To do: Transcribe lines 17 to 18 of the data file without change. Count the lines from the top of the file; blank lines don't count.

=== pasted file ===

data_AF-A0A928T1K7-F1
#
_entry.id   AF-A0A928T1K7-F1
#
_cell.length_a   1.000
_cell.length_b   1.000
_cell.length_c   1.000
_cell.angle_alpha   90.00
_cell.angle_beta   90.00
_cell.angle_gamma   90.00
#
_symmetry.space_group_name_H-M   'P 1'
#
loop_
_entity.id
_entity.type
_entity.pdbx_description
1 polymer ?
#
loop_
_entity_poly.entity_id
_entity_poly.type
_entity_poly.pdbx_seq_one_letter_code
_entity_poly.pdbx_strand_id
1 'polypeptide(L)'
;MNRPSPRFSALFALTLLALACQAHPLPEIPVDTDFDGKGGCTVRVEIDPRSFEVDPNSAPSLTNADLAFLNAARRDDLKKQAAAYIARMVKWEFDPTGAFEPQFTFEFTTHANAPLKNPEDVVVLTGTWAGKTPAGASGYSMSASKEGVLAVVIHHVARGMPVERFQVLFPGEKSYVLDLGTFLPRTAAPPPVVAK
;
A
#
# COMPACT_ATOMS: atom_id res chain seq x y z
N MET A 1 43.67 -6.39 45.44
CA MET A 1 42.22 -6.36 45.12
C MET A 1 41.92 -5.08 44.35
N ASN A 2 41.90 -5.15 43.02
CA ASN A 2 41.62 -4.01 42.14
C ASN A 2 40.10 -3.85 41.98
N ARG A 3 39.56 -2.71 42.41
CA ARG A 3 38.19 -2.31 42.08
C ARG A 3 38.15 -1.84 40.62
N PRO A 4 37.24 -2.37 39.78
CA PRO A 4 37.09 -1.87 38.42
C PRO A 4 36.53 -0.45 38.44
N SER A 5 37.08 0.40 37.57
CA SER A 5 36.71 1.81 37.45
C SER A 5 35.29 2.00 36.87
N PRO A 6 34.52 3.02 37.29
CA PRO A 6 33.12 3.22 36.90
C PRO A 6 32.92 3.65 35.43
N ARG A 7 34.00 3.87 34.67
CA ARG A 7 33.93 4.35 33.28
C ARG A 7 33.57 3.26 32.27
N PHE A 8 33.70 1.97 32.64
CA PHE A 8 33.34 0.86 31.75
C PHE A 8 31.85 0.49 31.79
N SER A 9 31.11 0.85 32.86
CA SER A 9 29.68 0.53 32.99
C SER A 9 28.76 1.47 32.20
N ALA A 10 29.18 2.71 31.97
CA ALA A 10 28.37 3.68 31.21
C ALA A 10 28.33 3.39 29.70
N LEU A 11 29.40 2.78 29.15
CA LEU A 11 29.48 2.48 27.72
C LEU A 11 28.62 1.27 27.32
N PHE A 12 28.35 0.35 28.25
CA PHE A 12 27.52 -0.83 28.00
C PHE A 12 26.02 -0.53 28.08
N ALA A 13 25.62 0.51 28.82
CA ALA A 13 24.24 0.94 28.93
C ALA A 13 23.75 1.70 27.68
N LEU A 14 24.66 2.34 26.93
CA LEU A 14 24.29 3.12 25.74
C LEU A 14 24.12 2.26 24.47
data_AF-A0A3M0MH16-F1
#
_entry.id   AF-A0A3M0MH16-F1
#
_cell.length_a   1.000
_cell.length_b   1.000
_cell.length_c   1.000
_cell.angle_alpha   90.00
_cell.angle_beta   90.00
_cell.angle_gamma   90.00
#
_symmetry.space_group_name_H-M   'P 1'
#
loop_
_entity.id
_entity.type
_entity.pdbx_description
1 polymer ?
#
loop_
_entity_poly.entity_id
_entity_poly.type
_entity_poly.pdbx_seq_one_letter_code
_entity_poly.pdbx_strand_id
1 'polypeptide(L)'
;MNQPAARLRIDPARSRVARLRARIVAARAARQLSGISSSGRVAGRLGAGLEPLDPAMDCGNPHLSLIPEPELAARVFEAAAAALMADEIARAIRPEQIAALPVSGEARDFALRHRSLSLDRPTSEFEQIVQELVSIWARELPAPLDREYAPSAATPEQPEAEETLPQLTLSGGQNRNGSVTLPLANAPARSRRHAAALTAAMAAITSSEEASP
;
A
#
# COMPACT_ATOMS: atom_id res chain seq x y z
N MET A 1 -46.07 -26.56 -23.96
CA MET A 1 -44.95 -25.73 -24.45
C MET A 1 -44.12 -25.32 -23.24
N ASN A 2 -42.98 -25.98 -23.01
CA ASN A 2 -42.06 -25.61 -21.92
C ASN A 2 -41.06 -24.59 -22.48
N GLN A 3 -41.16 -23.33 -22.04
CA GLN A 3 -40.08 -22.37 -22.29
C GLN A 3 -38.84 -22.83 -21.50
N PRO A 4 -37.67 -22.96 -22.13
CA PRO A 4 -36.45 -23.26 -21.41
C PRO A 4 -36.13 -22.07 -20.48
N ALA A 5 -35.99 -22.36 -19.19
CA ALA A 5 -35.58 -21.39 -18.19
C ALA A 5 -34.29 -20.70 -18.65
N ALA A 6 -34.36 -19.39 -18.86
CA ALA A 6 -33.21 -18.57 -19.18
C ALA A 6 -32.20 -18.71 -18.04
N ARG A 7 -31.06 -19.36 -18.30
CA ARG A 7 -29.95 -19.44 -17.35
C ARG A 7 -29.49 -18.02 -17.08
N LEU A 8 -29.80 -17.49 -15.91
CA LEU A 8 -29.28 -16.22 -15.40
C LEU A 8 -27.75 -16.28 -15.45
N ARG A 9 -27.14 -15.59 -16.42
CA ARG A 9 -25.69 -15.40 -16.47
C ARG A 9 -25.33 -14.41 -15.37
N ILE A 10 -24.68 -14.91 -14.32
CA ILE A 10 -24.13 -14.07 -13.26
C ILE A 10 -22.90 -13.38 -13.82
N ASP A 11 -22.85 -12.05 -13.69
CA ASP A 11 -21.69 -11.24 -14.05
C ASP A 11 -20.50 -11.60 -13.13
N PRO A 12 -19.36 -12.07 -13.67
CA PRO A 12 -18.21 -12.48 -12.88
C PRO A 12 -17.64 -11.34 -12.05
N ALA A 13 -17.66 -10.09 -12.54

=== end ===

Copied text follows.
_entity.pdbx_description
1 polymer ?